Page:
In present world, filled with certified and degree-wielding project managers it is expected that they know the rules of successful project management. It is expected they know prevalent methodologies like Waterfall, Agile, RUP and all the project management tools like Gantt charts, MPPs, Vision, Project requirements, specifications, and almost everything! All those wonderful bits and pieces that seem to be the second nature to the project management world. Realistically a project manager’s life circles around endless status meetings, updating tickets, filling out paperwork, answering nonstop emails, ensuring sign-off, managing timelines and communicating with stakeholders almost every day. If he/she fails to do this, the fragile framework tracking the project timeline would come crashing down.
A Project manager tends to feel like a juggler in a circus. He/She has to manage multiple projects simultaneously with clients spread across the country across different geographies. Co-coordinating with multiple teams, multiple vendors, multiple team members like architects, designers, developers, DBAs, SMEs, testers, Quality Assurance, change management, release management and taking care of stakeholders at the same time could be strenuous.
If you have been there, done that, experienced it or would like to be a part of it someday then here are some tips. This will better equip you handling projects and juggling multiple responsibilities successfully.
1) Know Your Subject: It is difficult to effectively manage anything without truly understanding how it works and the complexities involved. It is not necessary to be an expert in technology to understand how code is written, standards of programming, how servers work, how various frameworks work but you need to know basics and principles behind it. Similarly, it is very important to know the concepts of project management.
One can search the Internet for information about project management, get familiar with the various methodologies and tools, read a few books. Even consider getting that very popular project management certification.
2) Understand client’s expectations, requirements and deliverables follow: It is important to understand the expectations of the client before beginning the project. For this, ask clear questions during initial interactions with the client. This will help the client identify and express their specific requirements and help you understand the objectives.
All doubts and queries about the project needs be clarified in the initial stages before starting the project to avoid confusion in the later stages. This will also help you while drafting the project scope document. Understanding the expectations of clients will enable you to clearly define the deliverables of the project and take their approval, which you can communicate to your internal development team. This will ensure the deliverables will meet their expectations.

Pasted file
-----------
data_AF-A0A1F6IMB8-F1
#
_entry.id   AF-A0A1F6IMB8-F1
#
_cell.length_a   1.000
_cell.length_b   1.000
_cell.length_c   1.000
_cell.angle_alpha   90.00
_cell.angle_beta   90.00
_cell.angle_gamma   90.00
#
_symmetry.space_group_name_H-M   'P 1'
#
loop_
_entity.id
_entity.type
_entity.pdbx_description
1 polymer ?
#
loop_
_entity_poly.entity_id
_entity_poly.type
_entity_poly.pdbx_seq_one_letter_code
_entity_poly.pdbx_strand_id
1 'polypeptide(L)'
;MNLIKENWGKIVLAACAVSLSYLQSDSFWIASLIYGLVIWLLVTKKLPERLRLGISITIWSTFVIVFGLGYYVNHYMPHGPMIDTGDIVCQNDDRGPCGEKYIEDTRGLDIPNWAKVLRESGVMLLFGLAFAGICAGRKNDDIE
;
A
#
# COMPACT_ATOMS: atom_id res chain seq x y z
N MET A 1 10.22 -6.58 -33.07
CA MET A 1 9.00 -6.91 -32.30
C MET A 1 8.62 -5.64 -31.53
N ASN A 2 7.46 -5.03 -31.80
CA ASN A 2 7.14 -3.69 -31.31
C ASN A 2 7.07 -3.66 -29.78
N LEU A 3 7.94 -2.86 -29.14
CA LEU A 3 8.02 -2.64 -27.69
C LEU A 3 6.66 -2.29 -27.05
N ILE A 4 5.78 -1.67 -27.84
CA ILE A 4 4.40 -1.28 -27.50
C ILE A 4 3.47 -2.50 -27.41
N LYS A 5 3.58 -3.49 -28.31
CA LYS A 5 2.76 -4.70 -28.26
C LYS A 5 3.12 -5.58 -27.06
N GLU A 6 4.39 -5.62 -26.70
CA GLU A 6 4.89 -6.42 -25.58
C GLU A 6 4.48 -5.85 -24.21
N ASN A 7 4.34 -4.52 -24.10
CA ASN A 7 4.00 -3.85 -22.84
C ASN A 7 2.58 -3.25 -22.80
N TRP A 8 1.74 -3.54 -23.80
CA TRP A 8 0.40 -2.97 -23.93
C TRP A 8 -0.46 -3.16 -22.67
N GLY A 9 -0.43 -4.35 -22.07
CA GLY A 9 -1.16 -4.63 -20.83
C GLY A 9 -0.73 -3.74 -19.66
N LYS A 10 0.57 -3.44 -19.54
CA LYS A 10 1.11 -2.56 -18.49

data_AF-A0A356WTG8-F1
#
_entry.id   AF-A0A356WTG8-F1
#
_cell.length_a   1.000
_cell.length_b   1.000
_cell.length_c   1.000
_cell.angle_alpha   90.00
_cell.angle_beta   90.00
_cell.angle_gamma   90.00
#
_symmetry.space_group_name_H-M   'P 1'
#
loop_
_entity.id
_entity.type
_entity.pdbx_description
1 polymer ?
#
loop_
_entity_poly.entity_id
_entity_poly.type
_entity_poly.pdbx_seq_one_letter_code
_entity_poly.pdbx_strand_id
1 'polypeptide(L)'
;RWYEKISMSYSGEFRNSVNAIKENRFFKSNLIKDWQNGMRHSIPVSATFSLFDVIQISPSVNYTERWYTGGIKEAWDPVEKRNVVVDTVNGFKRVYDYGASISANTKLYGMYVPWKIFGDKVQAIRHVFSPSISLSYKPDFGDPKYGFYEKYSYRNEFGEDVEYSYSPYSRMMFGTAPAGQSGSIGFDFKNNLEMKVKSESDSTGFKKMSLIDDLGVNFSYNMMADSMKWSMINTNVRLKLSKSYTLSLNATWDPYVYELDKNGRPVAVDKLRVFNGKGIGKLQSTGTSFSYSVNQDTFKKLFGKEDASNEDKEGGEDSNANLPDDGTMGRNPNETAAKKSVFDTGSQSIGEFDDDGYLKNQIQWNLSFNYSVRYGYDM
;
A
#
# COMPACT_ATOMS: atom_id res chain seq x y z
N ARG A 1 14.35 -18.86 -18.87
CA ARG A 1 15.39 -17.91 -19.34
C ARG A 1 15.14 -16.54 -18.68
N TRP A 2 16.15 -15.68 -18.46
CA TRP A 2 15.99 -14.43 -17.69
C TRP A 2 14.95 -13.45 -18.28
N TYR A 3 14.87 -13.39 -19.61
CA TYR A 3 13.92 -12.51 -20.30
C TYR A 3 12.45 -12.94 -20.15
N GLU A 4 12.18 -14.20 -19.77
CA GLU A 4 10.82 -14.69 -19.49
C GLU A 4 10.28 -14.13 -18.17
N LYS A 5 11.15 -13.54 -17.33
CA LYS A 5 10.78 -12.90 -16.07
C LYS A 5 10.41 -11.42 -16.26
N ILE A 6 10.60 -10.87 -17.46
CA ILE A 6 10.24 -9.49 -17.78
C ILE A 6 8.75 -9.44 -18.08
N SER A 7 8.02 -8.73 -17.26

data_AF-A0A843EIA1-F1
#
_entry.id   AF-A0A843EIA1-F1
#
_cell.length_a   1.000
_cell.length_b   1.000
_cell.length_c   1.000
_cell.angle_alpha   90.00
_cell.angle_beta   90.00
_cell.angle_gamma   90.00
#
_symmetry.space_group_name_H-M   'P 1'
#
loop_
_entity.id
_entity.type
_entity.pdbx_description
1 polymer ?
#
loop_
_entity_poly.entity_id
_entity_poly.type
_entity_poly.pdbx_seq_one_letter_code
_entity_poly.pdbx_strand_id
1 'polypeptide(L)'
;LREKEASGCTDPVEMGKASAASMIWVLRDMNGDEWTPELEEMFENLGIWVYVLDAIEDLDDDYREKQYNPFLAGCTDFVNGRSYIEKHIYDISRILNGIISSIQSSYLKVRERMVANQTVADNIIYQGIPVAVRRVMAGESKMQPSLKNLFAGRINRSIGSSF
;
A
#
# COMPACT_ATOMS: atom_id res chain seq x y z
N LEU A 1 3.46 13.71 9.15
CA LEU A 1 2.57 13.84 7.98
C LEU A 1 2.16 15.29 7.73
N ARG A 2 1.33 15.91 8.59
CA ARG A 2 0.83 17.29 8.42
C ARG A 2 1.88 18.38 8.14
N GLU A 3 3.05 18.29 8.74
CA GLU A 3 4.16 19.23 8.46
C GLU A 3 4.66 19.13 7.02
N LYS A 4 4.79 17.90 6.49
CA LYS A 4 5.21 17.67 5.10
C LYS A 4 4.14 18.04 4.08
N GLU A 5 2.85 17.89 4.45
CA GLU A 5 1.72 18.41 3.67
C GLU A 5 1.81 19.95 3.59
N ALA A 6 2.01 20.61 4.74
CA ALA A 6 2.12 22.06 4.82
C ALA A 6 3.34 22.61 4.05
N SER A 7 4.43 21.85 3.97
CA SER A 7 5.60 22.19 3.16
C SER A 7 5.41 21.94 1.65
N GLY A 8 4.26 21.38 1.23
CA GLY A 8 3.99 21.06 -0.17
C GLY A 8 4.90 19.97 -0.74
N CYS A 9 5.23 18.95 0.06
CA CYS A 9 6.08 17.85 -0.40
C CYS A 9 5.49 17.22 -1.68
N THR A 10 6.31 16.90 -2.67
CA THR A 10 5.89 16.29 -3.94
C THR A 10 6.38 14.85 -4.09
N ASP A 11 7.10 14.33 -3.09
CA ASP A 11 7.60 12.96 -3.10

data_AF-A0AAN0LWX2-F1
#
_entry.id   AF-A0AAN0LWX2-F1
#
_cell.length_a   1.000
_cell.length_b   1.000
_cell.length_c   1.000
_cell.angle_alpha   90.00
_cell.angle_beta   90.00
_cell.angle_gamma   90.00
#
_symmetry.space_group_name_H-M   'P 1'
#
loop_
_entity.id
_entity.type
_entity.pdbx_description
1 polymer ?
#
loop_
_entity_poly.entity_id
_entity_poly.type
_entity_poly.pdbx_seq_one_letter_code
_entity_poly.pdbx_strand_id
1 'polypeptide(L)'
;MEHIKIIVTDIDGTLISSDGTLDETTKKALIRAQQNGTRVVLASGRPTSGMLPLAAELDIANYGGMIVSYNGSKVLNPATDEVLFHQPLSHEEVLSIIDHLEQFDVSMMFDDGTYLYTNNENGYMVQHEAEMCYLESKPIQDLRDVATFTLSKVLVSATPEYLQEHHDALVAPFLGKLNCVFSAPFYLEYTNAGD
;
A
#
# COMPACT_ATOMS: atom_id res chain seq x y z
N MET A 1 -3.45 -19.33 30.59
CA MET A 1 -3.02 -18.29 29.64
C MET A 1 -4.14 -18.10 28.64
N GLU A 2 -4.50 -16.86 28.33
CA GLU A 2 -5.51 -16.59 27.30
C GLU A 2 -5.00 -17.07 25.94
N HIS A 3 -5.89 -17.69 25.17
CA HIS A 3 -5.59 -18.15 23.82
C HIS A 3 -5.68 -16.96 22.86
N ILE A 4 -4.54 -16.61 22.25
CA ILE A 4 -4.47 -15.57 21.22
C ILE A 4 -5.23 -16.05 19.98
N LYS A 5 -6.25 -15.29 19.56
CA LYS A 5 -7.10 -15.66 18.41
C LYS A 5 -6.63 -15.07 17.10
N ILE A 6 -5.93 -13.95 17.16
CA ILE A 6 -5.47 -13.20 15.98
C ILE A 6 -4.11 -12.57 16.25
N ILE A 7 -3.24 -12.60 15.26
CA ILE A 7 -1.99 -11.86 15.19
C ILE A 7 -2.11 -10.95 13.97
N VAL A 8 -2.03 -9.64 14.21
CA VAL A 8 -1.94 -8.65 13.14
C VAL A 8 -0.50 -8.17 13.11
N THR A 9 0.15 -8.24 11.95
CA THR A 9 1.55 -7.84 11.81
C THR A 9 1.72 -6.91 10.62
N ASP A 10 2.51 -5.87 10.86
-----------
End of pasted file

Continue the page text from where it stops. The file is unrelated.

It is necessary to know the people responsible for signing-off on the various deliverables. Getting to know them in the early stages and involving them in discussions to take their inputs ensures there are no last-minute surprises or new demands (after the submission of deliverables).
3) Communicate with clients on regular basis: According to a study by the Project Management Institute (PMI), “ineffective communication leads to fewer successful projects; significantly fewer projects meet original goals, finish on time, and within budget.” With so much dependent on proper communication, a project manager has to ensure communication is constant with the client.
Learn how your clients like to communicate. Mode of communication, frequency of communication are important attributes to keep in mind to avoid obstacles in the flow of information. Always share project updates with all relevant people on a regular basis through status reports.
4) Define roles clearly, pitch in whenever required: The role of each member in the team should be defined clearly. This will help avoid confusion and overlap of responsibilities. When the team members are clear about their roles, their energy and focus will be directed toward reaching their individual targets. To do this, provide team members the right information at the right time.
Defining clear roles doesn’t always guarantee smooth flow of work. Often you encounter situations where there is a delay in task execution or question mark on quality of deliverables. A project manager cannot draw a hard line between team roles. In difficult times he has to help team members and sometimes take up tasks which is not meant to be done by him. The important part is to contribute as a member of the team, not as somebody who is overseeing an operation.
5) Update changes in the scope document: The scope document, as you know, defines what the project is supposed to achieve and what it cannot accomplish. The scope document is locked-in (baselined) before the project begins. However, as seen in major projects there are additions or changes to the scope document during the course of the project. For instance, the client may ask for additional deliverables which may alter the budget and deliverables initially agreed upon. This will change the estimates of cost, effort, and duration which will become the approved target.
For this, changes have to be made in the scope document and approved by the management and stakeholders. It is a difficult tradeoff since clients would want to get more with same cost and within same timeline, but it will be foolish on the project manager not to get the changes approved as it will put pressure on the entire project team and resources which might be catastrophic.
Stay Tuned for more Tips!!!